IT workers have strong Linux skills, and the region's role as host of the 2008 Olympics should enable it to improve the national infrastructure. However, its weaknesses include problems with software piracy, poor levels of English language skills and lack of technical innovation.

Specialty: Embedded software, hardware services, localization, application development.

Quality indicators: High: Government support, cost, globalization skills. Medium: Infrastructure, educational system. Low: Labor pool, process quality, cultural compatibility, legal system.


IndiaWith 415,000 IT pros and 70,000 newbies entering the workforce each year, India is the dominant offshore player. Beyond legacy maintenance and staff augmentation, providers now offer infrastructure outsourcing, e-business development and applications integration.

Challenges include cultural differences with the U.S., perception that providers take a subservient approach to their work (customers want providers to challenge their thinking), and increased competition from other countries.

Specialty: Applications/product development, business process outsourcing, call centers.

Quality indicators: High: Government support, labor pool, educational system, cost, process quality. Medium: Globalization skills, infrastructure. Low: Cultural compatibility with U.S., legal system.


IrelandGartner lists Ireland as an example of a region without a vast labor pool that is focusing on high-value offerings. It's regarded as one of the leading countries for packaged applications and product development, as well as internationalization experience and software localization.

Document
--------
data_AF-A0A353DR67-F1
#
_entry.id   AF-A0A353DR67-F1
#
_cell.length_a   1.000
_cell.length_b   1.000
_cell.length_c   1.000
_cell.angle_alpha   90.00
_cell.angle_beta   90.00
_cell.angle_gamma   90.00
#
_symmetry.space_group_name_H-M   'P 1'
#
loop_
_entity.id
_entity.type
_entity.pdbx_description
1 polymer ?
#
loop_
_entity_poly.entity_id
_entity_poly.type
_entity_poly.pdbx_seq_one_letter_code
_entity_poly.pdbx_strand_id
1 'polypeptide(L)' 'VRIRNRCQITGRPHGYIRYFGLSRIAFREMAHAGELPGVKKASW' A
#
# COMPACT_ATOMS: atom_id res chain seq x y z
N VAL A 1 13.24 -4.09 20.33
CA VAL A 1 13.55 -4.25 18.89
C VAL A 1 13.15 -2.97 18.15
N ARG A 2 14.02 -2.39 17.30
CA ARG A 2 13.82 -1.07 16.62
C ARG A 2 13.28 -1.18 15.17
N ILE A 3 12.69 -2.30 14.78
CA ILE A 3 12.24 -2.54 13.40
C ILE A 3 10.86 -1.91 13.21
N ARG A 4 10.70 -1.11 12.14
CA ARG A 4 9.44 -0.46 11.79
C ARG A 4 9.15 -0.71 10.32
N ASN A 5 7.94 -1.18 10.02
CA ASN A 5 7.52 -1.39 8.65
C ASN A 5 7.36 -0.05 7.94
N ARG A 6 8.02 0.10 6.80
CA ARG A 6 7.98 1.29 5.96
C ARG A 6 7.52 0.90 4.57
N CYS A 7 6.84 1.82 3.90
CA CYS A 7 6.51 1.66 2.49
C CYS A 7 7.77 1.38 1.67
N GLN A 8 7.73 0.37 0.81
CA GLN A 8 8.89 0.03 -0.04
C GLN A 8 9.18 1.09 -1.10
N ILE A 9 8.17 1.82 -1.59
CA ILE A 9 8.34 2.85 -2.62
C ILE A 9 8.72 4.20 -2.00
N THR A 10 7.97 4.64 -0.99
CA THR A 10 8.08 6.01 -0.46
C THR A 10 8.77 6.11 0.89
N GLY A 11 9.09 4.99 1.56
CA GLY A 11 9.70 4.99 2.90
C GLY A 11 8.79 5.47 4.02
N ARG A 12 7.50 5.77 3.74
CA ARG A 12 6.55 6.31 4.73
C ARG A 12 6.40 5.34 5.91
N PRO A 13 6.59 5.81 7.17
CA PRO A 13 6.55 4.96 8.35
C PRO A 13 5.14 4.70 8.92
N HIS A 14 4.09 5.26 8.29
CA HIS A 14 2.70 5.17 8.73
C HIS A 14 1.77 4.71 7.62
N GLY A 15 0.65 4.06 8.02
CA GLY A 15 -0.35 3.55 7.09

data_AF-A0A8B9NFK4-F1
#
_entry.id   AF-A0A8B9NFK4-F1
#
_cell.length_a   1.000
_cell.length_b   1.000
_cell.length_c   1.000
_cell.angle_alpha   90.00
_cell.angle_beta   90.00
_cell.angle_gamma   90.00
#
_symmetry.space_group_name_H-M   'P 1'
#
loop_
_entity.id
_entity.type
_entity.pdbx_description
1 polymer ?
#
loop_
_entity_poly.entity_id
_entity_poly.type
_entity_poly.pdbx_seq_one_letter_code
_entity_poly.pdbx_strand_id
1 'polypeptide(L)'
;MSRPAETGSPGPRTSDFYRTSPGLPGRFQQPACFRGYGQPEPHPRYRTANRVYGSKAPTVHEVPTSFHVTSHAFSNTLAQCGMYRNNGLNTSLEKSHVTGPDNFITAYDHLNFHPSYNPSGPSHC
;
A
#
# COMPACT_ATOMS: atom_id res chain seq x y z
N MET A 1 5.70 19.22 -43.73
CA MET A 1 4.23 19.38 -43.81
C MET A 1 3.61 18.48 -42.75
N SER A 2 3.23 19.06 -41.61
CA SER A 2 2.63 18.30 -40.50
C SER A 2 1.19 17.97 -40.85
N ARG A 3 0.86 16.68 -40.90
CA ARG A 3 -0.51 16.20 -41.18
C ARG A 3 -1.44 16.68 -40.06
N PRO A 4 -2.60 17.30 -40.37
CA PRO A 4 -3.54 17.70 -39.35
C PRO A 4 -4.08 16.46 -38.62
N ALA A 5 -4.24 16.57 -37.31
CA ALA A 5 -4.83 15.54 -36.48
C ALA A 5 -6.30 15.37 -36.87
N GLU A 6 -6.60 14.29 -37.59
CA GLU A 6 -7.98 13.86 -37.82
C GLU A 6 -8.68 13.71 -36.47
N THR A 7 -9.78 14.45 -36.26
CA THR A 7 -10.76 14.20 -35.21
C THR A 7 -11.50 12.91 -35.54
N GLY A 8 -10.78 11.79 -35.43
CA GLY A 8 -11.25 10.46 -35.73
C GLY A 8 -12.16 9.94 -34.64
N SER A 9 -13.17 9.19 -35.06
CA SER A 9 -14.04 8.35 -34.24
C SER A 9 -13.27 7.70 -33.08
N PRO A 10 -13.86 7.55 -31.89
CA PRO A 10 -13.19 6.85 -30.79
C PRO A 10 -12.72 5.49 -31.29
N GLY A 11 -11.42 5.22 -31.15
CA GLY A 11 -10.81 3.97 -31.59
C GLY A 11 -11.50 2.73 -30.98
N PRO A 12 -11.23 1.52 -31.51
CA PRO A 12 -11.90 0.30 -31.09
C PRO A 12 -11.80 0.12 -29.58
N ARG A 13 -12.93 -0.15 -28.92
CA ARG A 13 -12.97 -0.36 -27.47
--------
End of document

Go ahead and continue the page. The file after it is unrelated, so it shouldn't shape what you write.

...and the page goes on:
However, labor cost is high compared to other offshore countries. According to the OffshoreIToutsourcing.com Web site, a programmer in Ireland costs roughly $25,000 to $40,000 per year, compared to $6,000 to $20,000 per year in India.

Specialty: Packaged applications, product development, high-end systems.

Quality indicators: High: Government support, infrastructure, educational system, process quality, cultural compatibility, legal system. Medium: Labor pool. Low: Cost, globalization skills.


IsraelLike Ireland, Israel has a smaller labor pool and so has had to specialize. The country's higher-education system has helped to produce savvy IT pros.

Specialty: High-end systems, learning systems.

Quality indicators: High: Infrastructure, educational system, cultural compatibility. Medium: Government support, labor pool, cost, process quality, legal system. Low: Globalization skills.


PhilippinesBusiness and IT services have become a target for the Philippine government. Strengths include a high level of English language proficiency; a consultative, customer-service-oriented workforce; and high-quality, low-cost labor. Weaknesses include low awareness of the Philippines as an offshore contender, lack of experienced operations management teams and migration of workers to the U.S.

Specialty: Call centers, business process outsourcing, animation, application development.

Quality Indicators: High: Cost, cultural compatibility. Medium: Government support, labor pool, infrastructure, educational system, process quality. Low: Legal system, globalization skills.

Copyright © 2003 IDG Communications, Inc.